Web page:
There are literally millions around the world who plan their monthly spending or budgets in general along the line of credit their banks give them.
That may be as it is, but it turned into an absurd situation for most of them.
Before there was such a thing as credit cards people lived from paycheck to paycheck.
So by the end of the month they had spent all the money they had earned, waiting for the next payslip.
But they had spent THEIR money.
Nowadays people still live from paycheck to paycheck, but now they need all the salary or wage they get to pay off their credit card.
So at the beginning of the month they are already broke and have to do the rest of the month's spending on credit cards, which in turn they have to pay off at the beginning of the next month.
It's a vicious cycle and a multi - billion dollar business for the banks.
People will always spend more than what they have or will be able to pay off the following month and therefore have to pay obscenely high interest on their cards.
Another negative side effect is that people have such a high credit debt that they are unable to save some money for a new car, for example, or a new house.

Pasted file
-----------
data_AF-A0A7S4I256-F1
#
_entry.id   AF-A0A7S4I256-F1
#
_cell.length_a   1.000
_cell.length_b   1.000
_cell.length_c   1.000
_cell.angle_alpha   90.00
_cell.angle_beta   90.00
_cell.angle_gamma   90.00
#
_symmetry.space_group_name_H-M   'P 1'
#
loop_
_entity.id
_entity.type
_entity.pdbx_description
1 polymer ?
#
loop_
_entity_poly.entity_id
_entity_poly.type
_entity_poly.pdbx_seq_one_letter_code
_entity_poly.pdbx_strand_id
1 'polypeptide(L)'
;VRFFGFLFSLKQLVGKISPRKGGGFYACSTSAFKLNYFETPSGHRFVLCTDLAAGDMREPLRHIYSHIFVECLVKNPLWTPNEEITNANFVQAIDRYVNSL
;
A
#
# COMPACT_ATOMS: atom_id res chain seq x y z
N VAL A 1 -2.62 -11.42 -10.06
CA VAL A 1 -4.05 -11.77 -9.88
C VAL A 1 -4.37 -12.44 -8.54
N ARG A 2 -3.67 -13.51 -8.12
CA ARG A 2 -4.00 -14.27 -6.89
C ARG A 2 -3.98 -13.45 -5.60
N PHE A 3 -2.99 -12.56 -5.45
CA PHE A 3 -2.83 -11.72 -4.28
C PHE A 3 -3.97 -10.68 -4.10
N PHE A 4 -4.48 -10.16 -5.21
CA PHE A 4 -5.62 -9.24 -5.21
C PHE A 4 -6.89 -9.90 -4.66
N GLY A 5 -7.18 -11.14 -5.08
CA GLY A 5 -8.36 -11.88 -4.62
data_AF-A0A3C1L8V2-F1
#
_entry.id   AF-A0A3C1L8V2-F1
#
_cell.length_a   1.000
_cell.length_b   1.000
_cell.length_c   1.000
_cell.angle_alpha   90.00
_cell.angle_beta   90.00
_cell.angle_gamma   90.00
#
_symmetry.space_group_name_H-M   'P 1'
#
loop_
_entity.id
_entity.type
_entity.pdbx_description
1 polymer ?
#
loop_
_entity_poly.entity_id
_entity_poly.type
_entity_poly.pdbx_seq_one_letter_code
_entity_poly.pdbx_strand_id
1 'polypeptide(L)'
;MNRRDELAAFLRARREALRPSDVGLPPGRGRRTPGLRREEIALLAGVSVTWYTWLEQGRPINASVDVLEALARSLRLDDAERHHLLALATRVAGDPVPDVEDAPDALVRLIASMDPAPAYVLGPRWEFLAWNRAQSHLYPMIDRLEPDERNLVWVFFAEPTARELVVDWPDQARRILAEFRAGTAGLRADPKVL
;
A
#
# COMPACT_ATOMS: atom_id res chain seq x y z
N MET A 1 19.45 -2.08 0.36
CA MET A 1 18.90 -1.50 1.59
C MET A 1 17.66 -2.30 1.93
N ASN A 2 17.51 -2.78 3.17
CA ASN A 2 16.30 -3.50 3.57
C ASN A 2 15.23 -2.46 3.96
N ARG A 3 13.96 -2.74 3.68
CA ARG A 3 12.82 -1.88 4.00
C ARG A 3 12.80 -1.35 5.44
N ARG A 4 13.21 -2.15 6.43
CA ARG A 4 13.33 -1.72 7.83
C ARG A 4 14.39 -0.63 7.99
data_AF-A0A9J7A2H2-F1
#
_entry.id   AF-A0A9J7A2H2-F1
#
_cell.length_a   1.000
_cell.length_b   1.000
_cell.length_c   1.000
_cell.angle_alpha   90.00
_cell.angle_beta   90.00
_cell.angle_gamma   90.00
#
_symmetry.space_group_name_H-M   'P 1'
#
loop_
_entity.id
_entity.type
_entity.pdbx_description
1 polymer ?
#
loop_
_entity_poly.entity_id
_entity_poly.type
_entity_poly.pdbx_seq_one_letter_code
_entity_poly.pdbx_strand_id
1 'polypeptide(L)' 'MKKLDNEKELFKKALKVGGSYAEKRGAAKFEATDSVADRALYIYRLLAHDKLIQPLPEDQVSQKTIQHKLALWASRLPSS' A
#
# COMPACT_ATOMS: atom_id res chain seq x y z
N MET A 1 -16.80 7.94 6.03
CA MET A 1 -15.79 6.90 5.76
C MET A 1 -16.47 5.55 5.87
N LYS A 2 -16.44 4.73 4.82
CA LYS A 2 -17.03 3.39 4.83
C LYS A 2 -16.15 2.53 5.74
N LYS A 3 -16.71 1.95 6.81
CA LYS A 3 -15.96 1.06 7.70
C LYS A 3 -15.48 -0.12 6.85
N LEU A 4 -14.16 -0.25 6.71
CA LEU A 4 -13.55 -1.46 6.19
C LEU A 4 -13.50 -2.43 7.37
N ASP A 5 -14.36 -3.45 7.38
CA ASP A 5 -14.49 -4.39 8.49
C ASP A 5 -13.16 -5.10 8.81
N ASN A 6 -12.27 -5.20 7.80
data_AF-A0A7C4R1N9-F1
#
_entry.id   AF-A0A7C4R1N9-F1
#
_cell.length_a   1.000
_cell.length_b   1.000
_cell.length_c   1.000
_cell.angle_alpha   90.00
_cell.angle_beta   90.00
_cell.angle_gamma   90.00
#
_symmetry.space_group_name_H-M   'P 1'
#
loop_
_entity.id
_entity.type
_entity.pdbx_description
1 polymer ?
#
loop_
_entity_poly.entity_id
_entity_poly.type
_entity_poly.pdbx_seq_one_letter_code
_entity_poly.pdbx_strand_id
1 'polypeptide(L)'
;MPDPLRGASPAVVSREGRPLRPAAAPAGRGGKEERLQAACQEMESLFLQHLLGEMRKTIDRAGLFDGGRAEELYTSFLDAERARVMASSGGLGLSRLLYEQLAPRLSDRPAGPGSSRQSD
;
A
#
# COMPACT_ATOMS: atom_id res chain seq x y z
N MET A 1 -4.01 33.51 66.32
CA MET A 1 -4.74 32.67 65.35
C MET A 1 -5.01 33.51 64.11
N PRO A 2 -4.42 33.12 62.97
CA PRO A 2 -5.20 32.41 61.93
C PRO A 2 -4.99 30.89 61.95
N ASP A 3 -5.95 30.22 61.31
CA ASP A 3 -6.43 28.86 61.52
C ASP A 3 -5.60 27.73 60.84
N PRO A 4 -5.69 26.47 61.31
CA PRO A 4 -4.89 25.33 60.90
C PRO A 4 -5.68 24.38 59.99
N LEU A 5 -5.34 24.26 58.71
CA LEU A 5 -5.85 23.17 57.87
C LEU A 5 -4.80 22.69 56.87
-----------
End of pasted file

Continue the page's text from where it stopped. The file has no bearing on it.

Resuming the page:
They are condemned for practically the rest of their lives to go through this repeated cycle.
Now, there are countries, like Germany, for example, where credit cards are highly unpopular.
The Germans use them, yes, but very expeditiously.
Germany and others of her European neighbors have a very developed financial culture where spending money which you don't have is frowned upon.
It's the diaspora for American Express, Master Card and others.
That´s why they love to do business in the United States, because there it's socially accepted that you spend money first and than work for it.
The Germans, to stick with this example, are famous for their internal savings.
The country as a whole might be indebted, like any other nation on this earth.
But Germany's debt is always set off by the private savings of its people.
Every household has on average about $1,000 in a savings account which is never spend.
It's for the famous emergencies, few of which actually happen.
But add up a thousand dollars for each household and you'll find that the countries balance sheet is in the blacks.
Back to the States.
Most young people are told to establish, early on, their credit line and it does look to them like free money.
Until, that is, they start to realize that they have to pay off at some point or other these ridiculously high credits, or else.
So a lot of people resort to the old trick of paying off one credit card with another, spending their lives juggling about their different credit cards.
They end up with multiple banks they owe to instead of one.